Two great comments

I don’t get all too many comments on this blog, so it’s all the more relevant to share two recent ones with my readers. “Lamb” commented on the NOA Building, a post from my Tokyo times. More recently came Michelle’s comment on the post I wrote about the Schomburg Plaza in Harlem.

schomburgSchomburg Plaza, New York

Of the 1970s apartment block on the northeastern tip of New York’s Central Park, Michelle writes:

I have very fond childhood memories of growing up in Schomburg Plaza which was a neighborhood onto itself. It is a wonderful central location on Fifth Avenue across from Central Park with wonderful views, a crossroads of sorts with easy access to multiple subways and buses and within walking distance of the Upper East Side, el Barrio, the Apollo Theater, numerous public housing developments, Lenox lounge and Museum Mile. I remember hours of fun after school and summers playing skellies, ringolevio, black crow, red rover, red light green light. The only thing I feared was not getting upstairs for dinner when it got dusk.

Schomburg was one big family of mostly good, hard-working people. I knew the family who died in that fire. I also knew several of the boys falsely convicted of being the Central Park rapist who also lived in Schomburg. I never believed that they committed that crime. Schomburg was just not that type of place.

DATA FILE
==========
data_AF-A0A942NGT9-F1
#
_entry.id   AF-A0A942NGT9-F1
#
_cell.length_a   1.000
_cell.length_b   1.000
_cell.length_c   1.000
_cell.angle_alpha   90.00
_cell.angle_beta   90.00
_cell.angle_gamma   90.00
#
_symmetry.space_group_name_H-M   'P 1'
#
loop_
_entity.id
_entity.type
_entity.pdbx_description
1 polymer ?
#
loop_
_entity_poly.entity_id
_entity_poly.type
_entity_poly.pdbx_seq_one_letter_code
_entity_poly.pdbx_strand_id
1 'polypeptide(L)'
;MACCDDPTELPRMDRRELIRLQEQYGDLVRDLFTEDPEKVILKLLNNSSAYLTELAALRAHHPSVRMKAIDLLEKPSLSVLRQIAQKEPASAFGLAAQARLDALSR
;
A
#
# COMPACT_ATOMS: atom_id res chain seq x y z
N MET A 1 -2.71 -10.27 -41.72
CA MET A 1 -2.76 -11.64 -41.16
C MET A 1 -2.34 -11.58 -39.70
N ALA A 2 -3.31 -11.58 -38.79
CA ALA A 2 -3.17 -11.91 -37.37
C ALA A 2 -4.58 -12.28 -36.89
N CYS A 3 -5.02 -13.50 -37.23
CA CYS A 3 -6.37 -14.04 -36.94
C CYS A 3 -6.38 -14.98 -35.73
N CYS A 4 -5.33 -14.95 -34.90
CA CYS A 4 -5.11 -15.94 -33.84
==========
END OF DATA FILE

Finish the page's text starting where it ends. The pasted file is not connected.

NOA Building, Tokyo (photo by Manuel Oka)

This impressive building in Tokyo’s Azabu neighbourhood is partly to blame for my Japan post-war architecture euphoria, widely documented on this blog. Built one year before the Schomburg Plaza in 1974, architect Seiichi Shirai’s mysterious NOA Building is not to everybody’s taste, as this comment by “Lamb” testifies:

I used to have check ups at a medical centre opposite Tokyo Tower. One day I arrived early and decided to continue walking up the street. I came to a largish intersection and there before me on the other side was this horrible, horrible building. I full-on stared at it. I had never before had such an instant reaction — it felt like the building was repellent, evil even. (I’ve never had this experience with any building again.)

I was taken back by my own reaction — I don’t believe in auras, energy flows, psychic powers, etc. I didn’t stick around to visit the building, but I remembered where it was and checked it out on Google Streetview. Before I saw pictures of it again. I think I described it to friends as a brown brick funnel building with no windows.

It amuses me when I think about it — and it amuses me to discover the building has its place in architectural history. I put my reaction down to encountering something that I found quite confronting (all that unrelenting dark brick, no windows, etc).

Thank you to Michelle and Lamb for sharing these personal anecdotes – they are what makes blogging such a rewarding pastime.

And, to all the lurkers out there, feel free to comment, too!


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